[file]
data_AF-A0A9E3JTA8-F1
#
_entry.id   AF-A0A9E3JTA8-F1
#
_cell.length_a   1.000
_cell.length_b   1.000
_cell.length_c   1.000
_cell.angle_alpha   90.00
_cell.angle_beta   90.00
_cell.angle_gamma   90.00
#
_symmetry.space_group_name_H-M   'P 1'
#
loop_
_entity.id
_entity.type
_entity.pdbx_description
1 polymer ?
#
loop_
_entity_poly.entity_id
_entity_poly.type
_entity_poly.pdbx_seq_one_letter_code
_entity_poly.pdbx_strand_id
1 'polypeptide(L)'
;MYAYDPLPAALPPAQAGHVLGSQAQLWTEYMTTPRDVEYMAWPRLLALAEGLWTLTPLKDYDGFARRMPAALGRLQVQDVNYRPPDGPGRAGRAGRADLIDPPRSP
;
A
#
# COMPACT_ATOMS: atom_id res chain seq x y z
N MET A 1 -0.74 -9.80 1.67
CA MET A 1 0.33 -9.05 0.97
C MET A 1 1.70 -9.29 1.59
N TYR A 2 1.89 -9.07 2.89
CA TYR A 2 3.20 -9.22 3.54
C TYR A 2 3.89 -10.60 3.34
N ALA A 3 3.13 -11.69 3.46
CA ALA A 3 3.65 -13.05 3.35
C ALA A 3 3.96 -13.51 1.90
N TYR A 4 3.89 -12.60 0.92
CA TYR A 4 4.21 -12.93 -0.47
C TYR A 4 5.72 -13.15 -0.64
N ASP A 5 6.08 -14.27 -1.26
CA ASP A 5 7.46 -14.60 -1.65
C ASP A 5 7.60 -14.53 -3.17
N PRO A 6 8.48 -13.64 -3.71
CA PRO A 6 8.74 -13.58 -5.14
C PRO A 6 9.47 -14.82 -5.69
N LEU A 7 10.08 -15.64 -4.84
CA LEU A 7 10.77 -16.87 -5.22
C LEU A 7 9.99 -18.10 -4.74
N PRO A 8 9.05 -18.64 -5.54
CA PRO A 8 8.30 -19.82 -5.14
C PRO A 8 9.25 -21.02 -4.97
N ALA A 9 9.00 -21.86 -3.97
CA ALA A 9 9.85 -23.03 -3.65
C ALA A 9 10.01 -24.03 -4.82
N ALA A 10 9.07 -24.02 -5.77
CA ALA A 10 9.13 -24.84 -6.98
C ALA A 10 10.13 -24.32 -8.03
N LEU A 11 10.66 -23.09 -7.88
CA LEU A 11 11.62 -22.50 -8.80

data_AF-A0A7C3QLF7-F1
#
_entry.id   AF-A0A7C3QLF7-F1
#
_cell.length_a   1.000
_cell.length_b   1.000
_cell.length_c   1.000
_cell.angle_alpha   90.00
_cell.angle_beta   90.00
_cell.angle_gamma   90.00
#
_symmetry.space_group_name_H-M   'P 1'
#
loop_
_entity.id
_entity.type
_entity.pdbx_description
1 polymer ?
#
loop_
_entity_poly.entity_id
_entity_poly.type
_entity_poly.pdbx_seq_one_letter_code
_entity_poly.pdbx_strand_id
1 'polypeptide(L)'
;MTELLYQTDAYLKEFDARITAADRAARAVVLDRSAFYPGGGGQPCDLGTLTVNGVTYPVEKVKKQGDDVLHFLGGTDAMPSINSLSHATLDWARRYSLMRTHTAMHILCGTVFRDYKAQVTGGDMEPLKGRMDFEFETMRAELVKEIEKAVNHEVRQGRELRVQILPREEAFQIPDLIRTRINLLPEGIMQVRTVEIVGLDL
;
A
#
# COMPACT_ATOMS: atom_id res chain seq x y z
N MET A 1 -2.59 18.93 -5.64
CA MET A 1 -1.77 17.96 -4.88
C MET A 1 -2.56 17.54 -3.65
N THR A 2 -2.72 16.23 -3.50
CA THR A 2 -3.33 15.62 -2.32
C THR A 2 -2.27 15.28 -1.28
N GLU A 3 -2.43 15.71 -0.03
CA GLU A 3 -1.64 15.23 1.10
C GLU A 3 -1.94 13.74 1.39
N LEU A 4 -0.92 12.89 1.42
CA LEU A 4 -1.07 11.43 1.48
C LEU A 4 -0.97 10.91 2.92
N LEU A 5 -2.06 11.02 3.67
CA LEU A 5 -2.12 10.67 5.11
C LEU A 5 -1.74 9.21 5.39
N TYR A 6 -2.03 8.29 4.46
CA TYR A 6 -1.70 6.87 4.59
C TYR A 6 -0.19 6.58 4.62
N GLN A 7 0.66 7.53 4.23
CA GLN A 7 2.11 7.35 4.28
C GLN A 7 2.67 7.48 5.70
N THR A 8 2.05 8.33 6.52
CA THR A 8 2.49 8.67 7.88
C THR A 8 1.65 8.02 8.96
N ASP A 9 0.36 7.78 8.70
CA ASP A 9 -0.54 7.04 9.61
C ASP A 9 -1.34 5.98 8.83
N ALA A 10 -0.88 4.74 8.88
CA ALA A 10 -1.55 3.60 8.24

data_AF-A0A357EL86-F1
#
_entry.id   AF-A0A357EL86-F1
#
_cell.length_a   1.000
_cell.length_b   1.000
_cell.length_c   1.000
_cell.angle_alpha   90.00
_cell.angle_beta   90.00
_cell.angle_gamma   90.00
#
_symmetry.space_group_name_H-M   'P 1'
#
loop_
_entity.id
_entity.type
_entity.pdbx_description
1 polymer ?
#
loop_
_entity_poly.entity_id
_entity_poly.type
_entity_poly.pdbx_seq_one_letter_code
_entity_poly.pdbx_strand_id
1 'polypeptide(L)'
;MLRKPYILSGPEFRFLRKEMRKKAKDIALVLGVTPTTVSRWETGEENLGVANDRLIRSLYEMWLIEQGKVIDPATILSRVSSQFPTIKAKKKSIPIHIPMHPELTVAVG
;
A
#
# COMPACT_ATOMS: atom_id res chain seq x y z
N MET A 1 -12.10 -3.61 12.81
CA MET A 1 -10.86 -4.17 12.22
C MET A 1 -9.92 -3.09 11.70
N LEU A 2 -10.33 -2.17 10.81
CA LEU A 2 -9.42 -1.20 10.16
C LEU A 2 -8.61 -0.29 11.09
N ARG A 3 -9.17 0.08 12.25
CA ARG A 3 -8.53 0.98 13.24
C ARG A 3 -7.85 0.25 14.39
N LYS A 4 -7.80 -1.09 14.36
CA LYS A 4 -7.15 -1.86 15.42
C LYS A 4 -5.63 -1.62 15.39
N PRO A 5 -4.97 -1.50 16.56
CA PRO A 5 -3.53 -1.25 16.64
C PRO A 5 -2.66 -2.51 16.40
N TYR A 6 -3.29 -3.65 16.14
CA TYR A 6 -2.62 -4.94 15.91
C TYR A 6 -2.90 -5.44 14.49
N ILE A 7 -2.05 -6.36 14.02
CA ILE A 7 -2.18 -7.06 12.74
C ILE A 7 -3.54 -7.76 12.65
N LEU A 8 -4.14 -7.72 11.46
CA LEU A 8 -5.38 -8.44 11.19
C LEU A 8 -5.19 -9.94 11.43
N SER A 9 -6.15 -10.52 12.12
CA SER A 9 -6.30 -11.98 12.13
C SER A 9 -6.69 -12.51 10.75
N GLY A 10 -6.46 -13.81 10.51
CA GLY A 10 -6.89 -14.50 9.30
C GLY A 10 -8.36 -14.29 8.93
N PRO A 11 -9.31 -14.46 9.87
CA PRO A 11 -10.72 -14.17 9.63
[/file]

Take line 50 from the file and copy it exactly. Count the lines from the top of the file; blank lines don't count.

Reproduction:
CA LEU A 7 10.77 -16.87 -5.22